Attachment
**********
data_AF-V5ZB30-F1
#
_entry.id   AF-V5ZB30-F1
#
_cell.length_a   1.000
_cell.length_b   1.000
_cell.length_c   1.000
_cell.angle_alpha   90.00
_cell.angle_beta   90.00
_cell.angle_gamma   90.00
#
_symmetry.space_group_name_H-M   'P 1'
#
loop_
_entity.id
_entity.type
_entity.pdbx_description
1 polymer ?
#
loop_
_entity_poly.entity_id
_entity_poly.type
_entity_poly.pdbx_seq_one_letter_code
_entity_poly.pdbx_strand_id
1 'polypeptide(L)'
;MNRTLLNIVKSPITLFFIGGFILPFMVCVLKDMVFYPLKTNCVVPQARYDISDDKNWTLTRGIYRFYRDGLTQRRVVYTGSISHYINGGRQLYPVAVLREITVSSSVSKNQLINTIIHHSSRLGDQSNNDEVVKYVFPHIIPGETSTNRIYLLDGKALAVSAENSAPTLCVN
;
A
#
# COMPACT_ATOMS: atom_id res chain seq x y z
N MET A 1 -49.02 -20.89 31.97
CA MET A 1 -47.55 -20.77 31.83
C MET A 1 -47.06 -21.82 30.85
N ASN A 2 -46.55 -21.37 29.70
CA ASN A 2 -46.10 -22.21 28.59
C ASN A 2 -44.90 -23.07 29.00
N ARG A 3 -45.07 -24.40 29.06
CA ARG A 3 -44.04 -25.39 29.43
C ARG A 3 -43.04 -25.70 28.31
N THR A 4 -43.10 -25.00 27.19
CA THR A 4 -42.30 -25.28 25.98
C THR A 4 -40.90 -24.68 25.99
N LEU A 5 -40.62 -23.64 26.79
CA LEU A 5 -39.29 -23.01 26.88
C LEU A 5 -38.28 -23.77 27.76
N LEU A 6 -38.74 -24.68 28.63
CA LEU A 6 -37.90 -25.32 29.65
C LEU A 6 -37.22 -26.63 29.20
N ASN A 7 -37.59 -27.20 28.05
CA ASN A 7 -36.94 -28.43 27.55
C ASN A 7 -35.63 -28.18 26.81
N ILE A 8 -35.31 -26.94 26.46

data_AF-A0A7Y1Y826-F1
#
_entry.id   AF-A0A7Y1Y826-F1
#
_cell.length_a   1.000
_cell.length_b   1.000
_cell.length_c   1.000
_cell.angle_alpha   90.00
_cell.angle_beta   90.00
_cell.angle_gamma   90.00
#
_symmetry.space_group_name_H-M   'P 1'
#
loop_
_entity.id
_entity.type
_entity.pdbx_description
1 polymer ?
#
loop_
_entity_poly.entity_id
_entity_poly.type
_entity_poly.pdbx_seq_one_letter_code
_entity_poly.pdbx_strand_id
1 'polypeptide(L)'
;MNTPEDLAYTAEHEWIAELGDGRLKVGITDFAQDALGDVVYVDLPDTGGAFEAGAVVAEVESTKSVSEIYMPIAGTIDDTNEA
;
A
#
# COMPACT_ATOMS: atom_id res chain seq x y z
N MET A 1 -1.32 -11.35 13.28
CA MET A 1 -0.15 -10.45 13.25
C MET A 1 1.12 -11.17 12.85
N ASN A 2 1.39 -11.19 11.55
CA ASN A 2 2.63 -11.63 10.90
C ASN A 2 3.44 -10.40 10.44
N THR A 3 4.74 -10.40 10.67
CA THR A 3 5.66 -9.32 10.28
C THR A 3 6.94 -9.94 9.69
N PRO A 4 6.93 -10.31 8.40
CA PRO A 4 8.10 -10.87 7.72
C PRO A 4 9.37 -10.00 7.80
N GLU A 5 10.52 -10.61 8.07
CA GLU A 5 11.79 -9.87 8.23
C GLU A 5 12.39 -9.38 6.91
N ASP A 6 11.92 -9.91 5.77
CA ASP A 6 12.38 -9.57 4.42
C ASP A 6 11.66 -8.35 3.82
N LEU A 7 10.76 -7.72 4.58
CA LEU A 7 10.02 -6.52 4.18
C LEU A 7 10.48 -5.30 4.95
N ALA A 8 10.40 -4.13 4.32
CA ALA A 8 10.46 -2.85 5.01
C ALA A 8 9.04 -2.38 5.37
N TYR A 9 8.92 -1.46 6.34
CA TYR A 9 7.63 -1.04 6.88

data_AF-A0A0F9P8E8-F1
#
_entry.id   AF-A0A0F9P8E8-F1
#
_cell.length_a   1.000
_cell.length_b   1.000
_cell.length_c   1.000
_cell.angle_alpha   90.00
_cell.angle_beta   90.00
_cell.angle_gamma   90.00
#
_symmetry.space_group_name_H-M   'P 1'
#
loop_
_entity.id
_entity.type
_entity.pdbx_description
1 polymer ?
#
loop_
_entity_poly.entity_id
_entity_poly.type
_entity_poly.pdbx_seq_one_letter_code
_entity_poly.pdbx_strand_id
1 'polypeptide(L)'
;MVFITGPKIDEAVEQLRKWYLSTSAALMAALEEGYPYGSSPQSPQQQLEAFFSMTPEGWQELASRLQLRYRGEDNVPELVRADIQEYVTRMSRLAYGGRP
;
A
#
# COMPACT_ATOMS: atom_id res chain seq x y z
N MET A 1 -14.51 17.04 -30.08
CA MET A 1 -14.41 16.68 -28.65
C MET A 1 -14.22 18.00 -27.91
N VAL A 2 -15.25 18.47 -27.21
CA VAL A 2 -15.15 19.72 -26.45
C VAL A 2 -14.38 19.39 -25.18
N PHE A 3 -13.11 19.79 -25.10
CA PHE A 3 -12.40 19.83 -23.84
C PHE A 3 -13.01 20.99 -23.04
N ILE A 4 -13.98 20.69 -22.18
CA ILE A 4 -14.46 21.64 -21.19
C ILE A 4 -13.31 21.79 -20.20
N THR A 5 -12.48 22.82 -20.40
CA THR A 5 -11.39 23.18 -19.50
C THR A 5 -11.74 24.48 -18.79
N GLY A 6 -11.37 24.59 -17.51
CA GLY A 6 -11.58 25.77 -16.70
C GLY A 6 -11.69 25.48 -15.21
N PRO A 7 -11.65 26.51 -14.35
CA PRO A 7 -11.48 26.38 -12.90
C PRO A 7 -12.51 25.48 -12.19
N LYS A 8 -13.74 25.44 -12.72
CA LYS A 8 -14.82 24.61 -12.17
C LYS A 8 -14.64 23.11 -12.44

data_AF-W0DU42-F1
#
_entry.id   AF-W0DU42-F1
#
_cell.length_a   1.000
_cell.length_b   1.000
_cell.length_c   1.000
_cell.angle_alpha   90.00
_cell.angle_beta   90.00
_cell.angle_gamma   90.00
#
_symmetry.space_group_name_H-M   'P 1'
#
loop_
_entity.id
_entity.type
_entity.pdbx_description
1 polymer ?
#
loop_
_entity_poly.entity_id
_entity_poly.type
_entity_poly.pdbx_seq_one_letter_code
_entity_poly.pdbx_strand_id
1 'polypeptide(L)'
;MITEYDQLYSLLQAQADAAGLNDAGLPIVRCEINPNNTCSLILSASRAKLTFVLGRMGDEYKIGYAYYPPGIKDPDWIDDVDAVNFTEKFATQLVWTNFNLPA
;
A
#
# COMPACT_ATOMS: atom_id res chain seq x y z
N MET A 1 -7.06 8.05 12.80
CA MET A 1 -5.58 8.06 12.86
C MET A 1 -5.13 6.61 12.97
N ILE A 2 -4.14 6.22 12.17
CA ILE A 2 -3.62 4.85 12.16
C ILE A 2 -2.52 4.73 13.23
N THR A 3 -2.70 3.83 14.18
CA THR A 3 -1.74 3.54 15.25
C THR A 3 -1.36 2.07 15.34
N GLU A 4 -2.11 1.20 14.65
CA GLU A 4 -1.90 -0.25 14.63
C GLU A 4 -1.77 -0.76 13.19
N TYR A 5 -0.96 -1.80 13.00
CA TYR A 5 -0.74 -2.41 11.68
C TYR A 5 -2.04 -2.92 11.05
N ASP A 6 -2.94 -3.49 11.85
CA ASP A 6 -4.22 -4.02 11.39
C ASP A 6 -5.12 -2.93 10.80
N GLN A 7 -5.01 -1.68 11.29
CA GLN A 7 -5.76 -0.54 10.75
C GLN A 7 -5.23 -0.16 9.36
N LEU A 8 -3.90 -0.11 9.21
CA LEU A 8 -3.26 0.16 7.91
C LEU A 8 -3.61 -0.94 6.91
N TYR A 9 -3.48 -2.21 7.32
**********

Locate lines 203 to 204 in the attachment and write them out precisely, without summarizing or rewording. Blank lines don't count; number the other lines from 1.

CA GLU A 4 -1.90 -0.25 14.63
C GLU A 4 -1.77 -0.76 13.19